Born two months premature on 8th January 1864 at Frogmore House, Prince Albert Victor entered the world weighing less than four pounds. As the eldest child and first son of Albert Edward, Prince of Wales, and his wife Alexandra, Prince Albert Victor was automatically second in line to the British throne. In her journal, Queen Victoria wrote of how relieved she was that the two were safe but dwelled on Prince Albert not being present for the important event-
'Rather less cold. — Walking & driving in the small pony carriage with Lenchen. Quite strange to see the ice on the shore close down to the sea & in King's Quay Creek. — Received another imprudent Draft of Ld Russell's in which he, contrary to the knowledge of the Cabinet, seems to have threatened that we should support Denmark, should Schleswig be invaded! Saw Sir C. Phipps, who was somewhat concerned & alarmed about it, & a Drift has been prepared accordingly. — After luncheon wrote the Draft, & then walked a little with Katherine B. — Telegram from Berlin, — very cardiac. No positive answer can be given as to what the terns would be, required by Prussia. — Saw Dr Holzmann. — The Biddulphs & Louise Bowater dined with us. — Was dreadfully started, during dinner at hearing from Bertie by telegraph that "nothing was certain, but they had thought it prudent to send for Dr Farre". Was alarmed & could not think what had happened, whether there had been some accident or not. At 11 arrived the surprising telegram "dear Alix was delivered at 10 m. to 9 of a fine boy, both are doing as well as possible, her pulse is excellent." We were dumbfounded. Thank God! That she is safe, but the alarm was great. I know they can have had nothing of any kind ready for her or the child & no nurse &c. Heard, later in answer to a question of mine, that no one had been there, but Mr Brown!! Settled to go at once to Windsor tomorrow. So grieved not to have been there. — Could not sleep for a long time for agitation. Again without my beloved one this very interesting important event, which he had looked forward to with such anxiety, has taken place. I felt so bewildered, & so longing to share my joy over the happy event with him, instead of which I am alone & forlorn. —'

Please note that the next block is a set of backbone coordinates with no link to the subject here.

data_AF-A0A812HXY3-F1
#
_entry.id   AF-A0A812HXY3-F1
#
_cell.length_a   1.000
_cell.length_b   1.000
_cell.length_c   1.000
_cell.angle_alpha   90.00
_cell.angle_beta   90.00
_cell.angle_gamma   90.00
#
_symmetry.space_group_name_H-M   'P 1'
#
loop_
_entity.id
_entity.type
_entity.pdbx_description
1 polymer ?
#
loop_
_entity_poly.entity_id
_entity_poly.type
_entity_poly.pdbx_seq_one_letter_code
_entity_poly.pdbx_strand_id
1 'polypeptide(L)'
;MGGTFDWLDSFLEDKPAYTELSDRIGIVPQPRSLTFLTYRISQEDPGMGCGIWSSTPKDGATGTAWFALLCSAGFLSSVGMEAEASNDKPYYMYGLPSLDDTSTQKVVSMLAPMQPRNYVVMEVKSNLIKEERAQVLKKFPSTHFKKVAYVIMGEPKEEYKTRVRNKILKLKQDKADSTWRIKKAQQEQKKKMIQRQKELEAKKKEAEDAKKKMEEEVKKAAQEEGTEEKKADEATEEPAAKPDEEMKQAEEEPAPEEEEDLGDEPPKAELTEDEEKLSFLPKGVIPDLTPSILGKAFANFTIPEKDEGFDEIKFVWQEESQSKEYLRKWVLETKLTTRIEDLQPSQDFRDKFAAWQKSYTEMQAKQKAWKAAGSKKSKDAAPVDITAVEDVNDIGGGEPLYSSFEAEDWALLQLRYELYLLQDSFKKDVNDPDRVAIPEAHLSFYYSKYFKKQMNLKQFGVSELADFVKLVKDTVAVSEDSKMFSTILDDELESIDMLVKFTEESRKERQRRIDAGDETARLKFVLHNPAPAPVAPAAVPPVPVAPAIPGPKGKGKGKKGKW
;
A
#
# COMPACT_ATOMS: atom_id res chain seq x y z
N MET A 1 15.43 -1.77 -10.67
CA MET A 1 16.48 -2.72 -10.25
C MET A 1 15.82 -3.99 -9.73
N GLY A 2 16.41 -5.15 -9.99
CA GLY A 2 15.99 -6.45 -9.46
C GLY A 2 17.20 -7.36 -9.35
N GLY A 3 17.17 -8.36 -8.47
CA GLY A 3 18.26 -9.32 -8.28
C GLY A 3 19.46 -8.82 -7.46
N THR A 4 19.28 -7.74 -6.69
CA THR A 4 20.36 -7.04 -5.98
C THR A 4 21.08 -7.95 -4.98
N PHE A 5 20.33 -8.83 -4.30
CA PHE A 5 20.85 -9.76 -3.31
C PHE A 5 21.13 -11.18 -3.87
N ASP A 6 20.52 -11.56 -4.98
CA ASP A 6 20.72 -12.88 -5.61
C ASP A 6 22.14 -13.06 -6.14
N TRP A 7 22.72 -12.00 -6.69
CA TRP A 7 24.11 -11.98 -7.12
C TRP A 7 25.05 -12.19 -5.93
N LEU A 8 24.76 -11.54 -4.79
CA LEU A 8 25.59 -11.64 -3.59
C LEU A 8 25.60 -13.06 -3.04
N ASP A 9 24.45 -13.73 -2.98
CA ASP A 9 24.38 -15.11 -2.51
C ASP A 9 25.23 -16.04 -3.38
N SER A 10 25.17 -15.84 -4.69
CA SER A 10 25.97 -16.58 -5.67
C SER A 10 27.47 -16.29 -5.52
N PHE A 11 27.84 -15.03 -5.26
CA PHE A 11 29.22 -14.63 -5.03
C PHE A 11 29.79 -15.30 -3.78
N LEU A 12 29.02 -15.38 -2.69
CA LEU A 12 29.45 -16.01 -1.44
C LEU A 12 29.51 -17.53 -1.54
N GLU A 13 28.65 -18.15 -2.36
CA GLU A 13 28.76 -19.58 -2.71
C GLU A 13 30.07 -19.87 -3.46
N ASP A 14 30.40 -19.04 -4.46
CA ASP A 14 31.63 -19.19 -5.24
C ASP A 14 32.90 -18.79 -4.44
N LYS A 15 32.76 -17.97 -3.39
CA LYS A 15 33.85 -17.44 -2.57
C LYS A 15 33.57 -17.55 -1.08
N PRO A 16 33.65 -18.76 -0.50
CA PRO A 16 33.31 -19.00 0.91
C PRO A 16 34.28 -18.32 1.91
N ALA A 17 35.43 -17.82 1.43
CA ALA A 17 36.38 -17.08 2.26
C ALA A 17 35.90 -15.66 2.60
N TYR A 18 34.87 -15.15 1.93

His grandmother, Queen Victoria, who held strong views on the subject of Christian names, decreed that the heir to the throne in the next generation should be named Albert Victor, the baby was accordingly christened in the private chapel of Buckingham Palace on 10th March 1864, with the names Albert Victor Christian Edward, the last two names being chosen by his parents, although he was always to be known as "Eddy" in the family.